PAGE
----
Incorporate Spanish into your daily life |
You believe there are good reasons to learn Spanish before your next Camino de Santiago. You have the best intentions to learn some. Maybe you’ve even started, very enthusiastically… only to give up a few days later.
I’m demasiado viejo (too old). Or muy cansada (very tired). Or muy ocupado (very busy). Or muy… you can add any adjectives you like in there. Deep down, you know it’s just an excuse. I know. I’ve used them all! OK, maybe not the ‘too old’ one, but definitely all the others.
It could also be that you have the wrong ideas about learning a new language:
Maybe you believe you have to study for at least 1 hour every day in order to make any progress.
Or you think you must take traditional lessons, full of complex grammar explanations and repetitive exercises.
And then you start feeling overwhelmed, bored, stressed… And that’s why you give up. I know, I’ve done that too, not following the advice I give my own students.
You know the phrase ‘It’s your Camino’, right? You can apply this to learning Spanish too: there is no right or wrong way to learn Spanish (or any other language); you just have to find what works for you.
A tiny bit of grammar and a couple of exercises won’t do you any harm. But learning a language should be an enjoyable experience. You’re more likely to remember new words if you learn them while doing something you enjoy. If you enjoy doing grammar exercises, go for it! But there are other things you could be doing too.
You don’t need to take my word for it; this has been researched (an example). It has also been researched that consistency is quite important.
What does this mean?
Let’s say you spend 1h per week on your Spanish. In the long term, you will learn more if you spread that hour throughout the week (let’s say 10 minutes per day), than if you spend that hour on one day and then you don’t have any exposure to Spanish for the rest of the week.
So, to sum up, it’s OK to have fun while learning Spanish. In fact, it’s not just OK. This is what you should do.
And it’s also OK not to spend hours on it daily. It’s good to get as much exposure to the language as possible, but this doesn’t mean you should spend hours doing exercises that don’t bring you any joy. You can have Spanish in the background while you’re doing other things (here’s the Spanish for the Camino playlist on Spotify), you can watch Spanish TV for as long as you like… but remember to spend 10-15 minutes really focusing on the language.
Listening to music and watching TV are quite obvious, but there are many other things you could do to incorporate Spanish into your daily life and boost your learning.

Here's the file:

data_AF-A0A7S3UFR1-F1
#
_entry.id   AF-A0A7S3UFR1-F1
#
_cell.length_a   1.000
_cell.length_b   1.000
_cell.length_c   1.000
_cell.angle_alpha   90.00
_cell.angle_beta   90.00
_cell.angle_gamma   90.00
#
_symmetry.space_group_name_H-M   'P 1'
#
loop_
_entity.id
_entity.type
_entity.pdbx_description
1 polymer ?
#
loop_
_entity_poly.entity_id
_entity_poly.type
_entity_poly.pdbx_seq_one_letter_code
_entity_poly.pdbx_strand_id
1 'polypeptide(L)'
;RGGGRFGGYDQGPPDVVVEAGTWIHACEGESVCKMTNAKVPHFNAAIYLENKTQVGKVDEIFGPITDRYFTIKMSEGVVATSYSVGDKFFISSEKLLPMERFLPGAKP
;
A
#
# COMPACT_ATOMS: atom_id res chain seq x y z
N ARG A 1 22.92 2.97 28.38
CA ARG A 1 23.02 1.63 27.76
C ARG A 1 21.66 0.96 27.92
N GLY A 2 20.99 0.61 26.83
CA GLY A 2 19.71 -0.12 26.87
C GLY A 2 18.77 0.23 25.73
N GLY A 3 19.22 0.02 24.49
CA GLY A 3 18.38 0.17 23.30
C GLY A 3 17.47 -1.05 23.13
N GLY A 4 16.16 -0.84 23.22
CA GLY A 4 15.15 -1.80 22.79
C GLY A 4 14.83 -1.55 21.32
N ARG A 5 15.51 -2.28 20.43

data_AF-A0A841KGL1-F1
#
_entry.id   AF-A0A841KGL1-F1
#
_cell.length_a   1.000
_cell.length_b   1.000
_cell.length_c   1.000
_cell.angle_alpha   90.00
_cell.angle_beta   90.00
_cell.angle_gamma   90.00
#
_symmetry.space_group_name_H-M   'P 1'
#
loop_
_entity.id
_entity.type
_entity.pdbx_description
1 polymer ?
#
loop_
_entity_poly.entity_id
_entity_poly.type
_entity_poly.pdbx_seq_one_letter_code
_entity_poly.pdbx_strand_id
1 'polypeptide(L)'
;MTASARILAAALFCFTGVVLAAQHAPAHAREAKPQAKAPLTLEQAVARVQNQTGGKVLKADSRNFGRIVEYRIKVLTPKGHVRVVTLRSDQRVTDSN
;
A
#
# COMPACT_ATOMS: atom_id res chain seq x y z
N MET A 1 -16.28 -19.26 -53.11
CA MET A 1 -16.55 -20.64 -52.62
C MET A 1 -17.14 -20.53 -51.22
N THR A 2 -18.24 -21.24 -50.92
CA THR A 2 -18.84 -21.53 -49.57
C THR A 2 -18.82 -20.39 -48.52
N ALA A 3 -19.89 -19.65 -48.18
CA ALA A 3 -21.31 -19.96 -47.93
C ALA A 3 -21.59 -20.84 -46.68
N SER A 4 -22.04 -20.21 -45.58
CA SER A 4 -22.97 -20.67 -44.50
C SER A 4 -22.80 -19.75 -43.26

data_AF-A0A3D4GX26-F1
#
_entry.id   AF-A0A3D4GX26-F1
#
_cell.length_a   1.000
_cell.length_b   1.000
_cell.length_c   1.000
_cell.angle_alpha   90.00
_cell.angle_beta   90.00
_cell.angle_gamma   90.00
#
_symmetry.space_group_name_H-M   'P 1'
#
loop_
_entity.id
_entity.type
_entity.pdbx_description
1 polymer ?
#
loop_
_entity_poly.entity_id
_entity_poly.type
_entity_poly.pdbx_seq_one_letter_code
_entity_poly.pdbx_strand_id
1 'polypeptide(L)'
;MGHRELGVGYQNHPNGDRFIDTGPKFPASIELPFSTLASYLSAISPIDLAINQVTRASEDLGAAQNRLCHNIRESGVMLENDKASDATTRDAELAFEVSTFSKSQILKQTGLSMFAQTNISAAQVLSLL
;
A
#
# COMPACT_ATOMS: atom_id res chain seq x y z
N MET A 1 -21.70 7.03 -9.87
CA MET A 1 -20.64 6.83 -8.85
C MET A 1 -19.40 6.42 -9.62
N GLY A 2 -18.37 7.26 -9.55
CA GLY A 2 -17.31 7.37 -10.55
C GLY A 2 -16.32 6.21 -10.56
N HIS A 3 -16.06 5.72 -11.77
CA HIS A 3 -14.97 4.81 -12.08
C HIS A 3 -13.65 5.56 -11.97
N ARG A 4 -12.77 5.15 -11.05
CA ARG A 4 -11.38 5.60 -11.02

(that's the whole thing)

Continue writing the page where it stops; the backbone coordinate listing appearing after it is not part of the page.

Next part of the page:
8 ways to incorporate Spanish into your daily life
Still on music and TV
Listening to Spanish música in the background is OK, and so is watching Spanish films and series. But there are things you can do to maximise the experience:
- Find the lyrics to your favourite songs and sing along, out loud (you’re more likely to remember things if you say them out loud, according to research).
- Keep pen and paper cerca (nearby) and write down any words you recognise. You can later check in a dictionary if you got them right. There are many free online dictionaries. I like to use WordReference.
- Take a very short clip of your favourite show and use it as a dictation exercise: listen as many times as you need and try to write everything down. Check with the Spanish subtitles how well you did.
Yep! Writing things down helps with your memory too.
Use your hobbies
Cocinar (cooking), deportes (sports), crafts, fishing… or the Camino. It doesn’t matter what your hobby is. Find a website on your chosen topic in Spanish. Or a YouTube channel. Or a book… whatever you prefer. Games, such as la Oca, are great too. And enjoy!
Use everyday stuff
- Are you going to do your grocery shopping? Try writing your shopping list in Spanish. Does any of the items you bought have Spanish on their label? Read it and compare it to the English version.
- How many times a day do you check your phone? You can use it to your advantage. Go to your móvil‘s settings and change the language into Spanish. Every little helps.
- Do you keep a diary or do journaling? Do some of it in Spanish. You don’t have to write long texts or complicated sentences. Start with a few words; it could be as simple as a list of things you did that day, such as ‘trabajo (work), compra (shopping), paseo (walk), cena (dinner)’. As you learn more, you can start creating your own simple sentences. Remember: they can be as long or short as you like and they don’t have to be perfect.
- Are you the creative type? Try things like blackout poetry or collage in Spanish. Blackout poetry (or found poetry) is a form of poetry where you select words that catch your attention from any printed text. To ‘get rid’ of the words you don’t want, you normally use a black marker, hence the name blackout poetry. I’ve only recently started doing this, as part of my Italian learning efforts and I am amazed by how much I’m learning. All you need is a page of text in Spanish, a marker and your creativity.
A couple of examples of blackout poetry and collage, so you can get a better idea of what I’m talking about.
How many of these are you going to try? You know what they say: the more the merrier. So, go on! Try them all and see which one suits you best. Or come up with your own ideas and share them with us in a comment. You never know who you might inspire.
Today’s Spanish words
For the pronunciation of cena, check Where did you stay?
Make sure you don’t miss any posts by subscribing for free here. That way, when a new post is out, you will get it in your inbox. And… you get access to exclusive content too.